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In the debate over taxes -- which ones to cut and which ones to raise -- any proposed change would result in winners and losers.
During a discussion of taxes on the Feb. 10 edition of WJAR-TV's "10 News Conference," host Jim Taricani asked how taxes could be cut while still financing the services that governments need to perform.
Gary Sasse, director of the Hassenfeld Institute for Public Leadership at Bryant University, said people need to be talking "about tax reform, not just tax cutting, the same debate that's going on nationally."
"You asked why it's so expensive to live here. Well, we don't invest in things that will grow the economy [like] higher education," he said. "We have such an inbred system of crony capitalism that we have tax loopholes that make no sense. Good sound tax policy is lowering rates and not having government pick winners and losers by favoritism."
Taricani asked Sasse if he was referring to "tax breaks for CVS and other types of things?"
"Absolutely," said Sasse. "There was a study put out by the Division of Taxation. They only looked at six of our tax credits that totaled about $35 million, $36 million. Three companies got 90 percent of that -- CVS and two companies not even located in the state of Rhode Island. They were in California."
Ninety percent of the tax credits were going to CVS and two California companies?
We went to the Division of Taxation website and found the report Sasse was talking about.
The division is required by law to report on six incentive programs, even though one was repealed in 2009 and the other is phasing out.
The remaining four distributed $34.4 million in tax credits (not quite $35 million but close enough) to 39 entities.
But one Woonsocket company, the pharmacy giant CVS Caremark, with a net after-tax income of $3.9 billion in 2012, got 59 percent of it.
CVS got $4.9 million from the state through the Economic Development Corporation Project Status program, in which the EDC waives the sales tax for construction projects. (Only projects approved before July 1, 2011, could qualify.)
CVS got another $15.4 million under the Jobs Development Act, which allows for a reduction in a company's corporate income tax rate if it creates and maintains a certain number of jobs.
Total: just over $20 million.
But wait, as the TV commercials say, there's more. Any entity that receives one of the six credits is required to disclose any other credits it gets from the state.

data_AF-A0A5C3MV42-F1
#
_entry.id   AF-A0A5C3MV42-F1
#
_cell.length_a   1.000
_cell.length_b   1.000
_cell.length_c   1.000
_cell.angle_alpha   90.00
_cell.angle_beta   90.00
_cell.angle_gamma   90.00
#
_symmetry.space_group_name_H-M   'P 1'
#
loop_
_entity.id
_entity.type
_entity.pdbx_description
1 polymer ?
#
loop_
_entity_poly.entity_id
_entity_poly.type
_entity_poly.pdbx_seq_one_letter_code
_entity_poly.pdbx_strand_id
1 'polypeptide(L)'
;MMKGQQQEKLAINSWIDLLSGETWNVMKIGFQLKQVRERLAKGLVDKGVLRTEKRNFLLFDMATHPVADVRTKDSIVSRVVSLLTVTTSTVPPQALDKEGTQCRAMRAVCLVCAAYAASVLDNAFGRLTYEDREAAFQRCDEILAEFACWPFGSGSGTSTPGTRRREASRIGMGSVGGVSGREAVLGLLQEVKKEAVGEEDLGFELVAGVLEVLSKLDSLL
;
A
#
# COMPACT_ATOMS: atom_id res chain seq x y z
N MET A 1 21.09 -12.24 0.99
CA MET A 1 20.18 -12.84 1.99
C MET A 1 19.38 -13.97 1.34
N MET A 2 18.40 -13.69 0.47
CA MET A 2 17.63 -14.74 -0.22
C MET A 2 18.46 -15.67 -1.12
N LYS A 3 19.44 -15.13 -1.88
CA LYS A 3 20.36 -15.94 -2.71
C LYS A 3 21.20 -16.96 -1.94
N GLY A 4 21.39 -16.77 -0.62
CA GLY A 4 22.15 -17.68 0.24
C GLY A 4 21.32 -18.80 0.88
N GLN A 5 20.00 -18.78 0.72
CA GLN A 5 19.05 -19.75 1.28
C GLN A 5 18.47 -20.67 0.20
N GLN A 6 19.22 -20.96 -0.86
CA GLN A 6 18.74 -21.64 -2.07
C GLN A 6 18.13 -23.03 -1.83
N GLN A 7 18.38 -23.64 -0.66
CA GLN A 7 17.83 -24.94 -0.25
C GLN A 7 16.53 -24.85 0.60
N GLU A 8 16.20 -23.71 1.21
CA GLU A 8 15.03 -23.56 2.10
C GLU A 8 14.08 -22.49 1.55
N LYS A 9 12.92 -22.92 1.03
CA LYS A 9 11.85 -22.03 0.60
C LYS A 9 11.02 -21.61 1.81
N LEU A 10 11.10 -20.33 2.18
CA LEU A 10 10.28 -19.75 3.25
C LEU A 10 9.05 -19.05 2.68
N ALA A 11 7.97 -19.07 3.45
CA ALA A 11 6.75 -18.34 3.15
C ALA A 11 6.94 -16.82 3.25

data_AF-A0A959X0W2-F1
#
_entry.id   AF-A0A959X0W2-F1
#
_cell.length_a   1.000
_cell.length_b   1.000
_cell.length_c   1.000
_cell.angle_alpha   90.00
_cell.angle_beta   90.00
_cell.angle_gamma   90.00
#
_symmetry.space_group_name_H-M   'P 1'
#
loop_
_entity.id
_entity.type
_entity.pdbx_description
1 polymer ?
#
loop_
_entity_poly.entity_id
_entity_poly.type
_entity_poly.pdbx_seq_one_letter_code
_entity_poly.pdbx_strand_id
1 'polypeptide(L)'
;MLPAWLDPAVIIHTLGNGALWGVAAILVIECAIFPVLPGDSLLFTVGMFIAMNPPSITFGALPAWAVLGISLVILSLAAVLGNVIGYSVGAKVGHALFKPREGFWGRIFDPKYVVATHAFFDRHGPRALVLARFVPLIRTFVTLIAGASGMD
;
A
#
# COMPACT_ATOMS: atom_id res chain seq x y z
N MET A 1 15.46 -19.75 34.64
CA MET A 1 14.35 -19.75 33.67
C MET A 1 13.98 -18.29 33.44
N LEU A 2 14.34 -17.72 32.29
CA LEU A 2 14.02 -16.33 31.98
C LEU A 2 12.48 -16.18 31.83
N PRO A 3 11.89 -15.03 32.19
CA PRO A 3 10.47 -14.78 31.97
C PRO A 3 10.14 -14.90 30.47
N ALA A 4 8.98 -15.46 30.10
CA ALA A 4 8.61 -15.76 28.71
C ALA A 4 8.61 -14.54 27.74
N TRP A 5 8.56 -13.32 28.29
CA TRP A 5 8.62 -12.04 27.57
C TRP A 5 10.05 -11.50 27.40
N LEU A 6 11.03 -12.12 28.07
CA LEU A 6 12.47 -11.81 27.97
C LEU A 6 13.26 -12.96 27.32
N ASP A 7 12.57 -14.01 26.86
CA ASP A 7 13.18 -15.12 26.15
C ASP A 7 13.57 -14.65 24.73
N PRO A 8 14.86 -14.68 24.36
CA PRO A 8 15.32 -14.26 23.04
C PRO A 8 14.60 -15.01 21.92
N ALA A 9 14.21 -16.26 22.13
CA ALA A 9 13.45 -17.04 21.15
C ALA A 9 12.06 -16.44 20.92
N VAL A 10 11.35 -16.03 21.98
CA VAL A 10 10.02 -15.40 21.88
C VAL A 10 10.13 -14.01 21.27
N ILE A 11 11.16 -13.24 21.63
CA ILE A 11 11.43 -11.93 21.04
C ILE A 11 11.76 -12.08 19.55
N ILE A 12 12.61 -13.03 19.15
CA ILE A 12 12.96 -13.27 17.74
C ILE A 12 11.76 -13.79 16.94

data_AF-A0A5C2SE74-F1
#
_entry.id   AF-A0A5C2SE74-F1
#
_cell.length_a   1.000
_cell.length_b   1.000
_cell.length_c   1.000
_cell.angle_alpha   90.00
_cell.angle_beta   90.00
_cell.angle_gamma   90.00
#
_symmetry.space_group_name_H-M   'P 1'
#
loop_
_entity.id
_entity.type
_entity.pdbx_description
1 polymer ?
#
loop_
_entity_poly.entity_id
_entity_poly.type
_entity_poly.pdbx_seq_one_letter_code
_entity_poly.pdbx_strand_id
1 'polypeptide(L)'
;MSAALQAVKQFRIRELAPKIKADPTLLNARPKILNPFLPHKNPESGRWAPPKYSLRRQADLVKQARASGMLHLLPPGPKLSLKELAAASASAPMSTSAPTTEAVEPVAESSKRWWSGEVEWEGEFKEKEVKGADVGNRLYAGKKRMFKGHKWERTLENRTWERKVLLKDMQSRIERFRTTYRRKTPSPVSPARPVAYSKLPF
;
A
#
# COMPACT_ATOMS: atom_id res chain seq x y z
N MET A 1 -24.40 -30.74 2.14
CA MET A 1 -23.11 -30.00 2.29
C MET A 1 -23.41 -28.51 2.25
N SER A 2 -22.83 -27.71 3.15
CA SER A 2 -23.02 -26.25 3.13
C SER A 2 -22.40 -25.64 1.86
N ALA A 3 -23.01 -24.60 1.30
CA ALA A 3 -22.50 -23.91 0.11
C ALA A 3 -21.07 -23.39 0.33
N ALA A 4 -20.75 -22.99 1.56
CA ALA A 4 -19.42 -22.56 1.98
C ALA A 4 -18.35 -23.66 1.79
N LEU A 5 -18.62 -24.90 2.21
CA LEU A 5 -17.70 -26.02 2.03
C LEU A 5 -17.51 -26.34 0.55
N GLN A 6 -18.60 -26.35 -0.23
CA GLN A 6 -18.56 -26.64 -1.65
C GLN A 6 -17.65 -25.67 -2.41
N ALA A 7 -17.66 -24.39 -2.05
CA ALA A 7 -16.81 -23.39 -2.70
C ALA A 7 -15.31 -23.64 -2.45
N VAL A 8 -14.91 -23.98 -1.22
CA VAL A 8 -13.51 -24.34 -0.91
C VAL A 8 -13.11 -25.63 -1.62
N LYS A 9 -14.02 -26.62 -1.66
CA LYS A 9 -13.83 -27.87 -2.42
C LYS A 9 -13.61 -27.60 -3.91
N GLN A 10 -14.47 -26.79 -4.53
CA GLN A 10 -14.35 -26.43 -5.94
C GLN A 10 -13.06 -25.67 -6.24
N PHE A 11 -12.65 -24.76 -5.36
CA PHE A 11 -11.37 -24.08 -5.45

During that fiscal year, CVS received an additional $4.4 million from four tax credits; nearly all of it from a $4.3-million state investment tax credit, which is designed to encourage investment in buildings and equipment.
And what about the two out-of-state companies that Sasse was talking about?
Both benefited from the controversial motion picture production tax-credit program, which was designed to encourage TV, motion picture and video production in Rhode Island.
The credit can help production companies reduce their Rhode Island taxes. More often, those companies can raise money by selling unused tax credits -- typically through brokers -- to companies or individuals that owe Rhode Island taxes but have nothing to do with the entertainment business.
The biggest tax credit for the fiscal year ending June 30, 2012, was an $8.1-million break to Paige Productions Inc. of Burbank, Calif., which was producing the ABC medical drama "Body of Proof" and filmed its initial episodes in Rhode Island.
Another $2.9 million went to Moonrise LLC of Santa Monica, Calif., the production company that filmed "Moonrise Kingdom," a movie that has been nominated for an Academy Award in the best original screenplay category and was nominated for a Golden Globe Award in the category of best motion picture musical or comedy.
Add them all together and you have three companies garnering $31.3 million of the $34.5 million in tax credits -- or 90.1 percent.
"Keep in mind: that report is only dealing with six tax credits. There are others," Sasse said. "We ought to expand that report to look at more tax credits."
Are these tax breaks worth the lost revenue? That’s a matter of opinion that we wouldn’t rule on. But we will remind readers that a PolitiFact Rhode Island article from Dec. 19, 2010, noted that there is a lot of debate over the real value of the motion picture production tax credit.
The Rhode Island Department of Revenue was supposed to issue an evaluation of the incentives in January of 2012 but that report is still being prepared. We asked the Chafee administration for an explanation for the delay but didn't get a response.
Gary Sasse said that among six Rhode Island tax-credit programs worth about $35 million, "three companies got 90 percent of that -- CVS and two companies not even located in the state of Rhode Island."
Sasse is rounding off some large numbers but he was, in essence, correctly quoting the state report he was citing. We rate the claim True.
(If you have a claim you’d like PolitiFact Rhode Island to check, e-mail us at [email protected] And follow us on Twitter: @politifactri.)
TurnTo10.com ,"10 News Conference: Feb. 10, 2013," accessed Feb. 11, 2013
Tax.RI.gov, "Tax Credit and Incentive Report - Fiscal Year 2012," accessed Feb. 11, 2013
Interviews, Gary Sasse, director, Hassenfeld Institute for Public Leadership, Bryant University, Feb. 15 and 19, 2013.
PolitiFact.com, "Reports offer multiple takes on the benefit of film tax credits like Rhode Island's," Dec. 19, 2010
Google Finance, "CVS Caremark Corporation," accessed Feb. 18, 2013
E-mail, Paul Dion, Chief, Office of Revenue Analysis, R.I. Department of Revenue, Feb. 21, 2013
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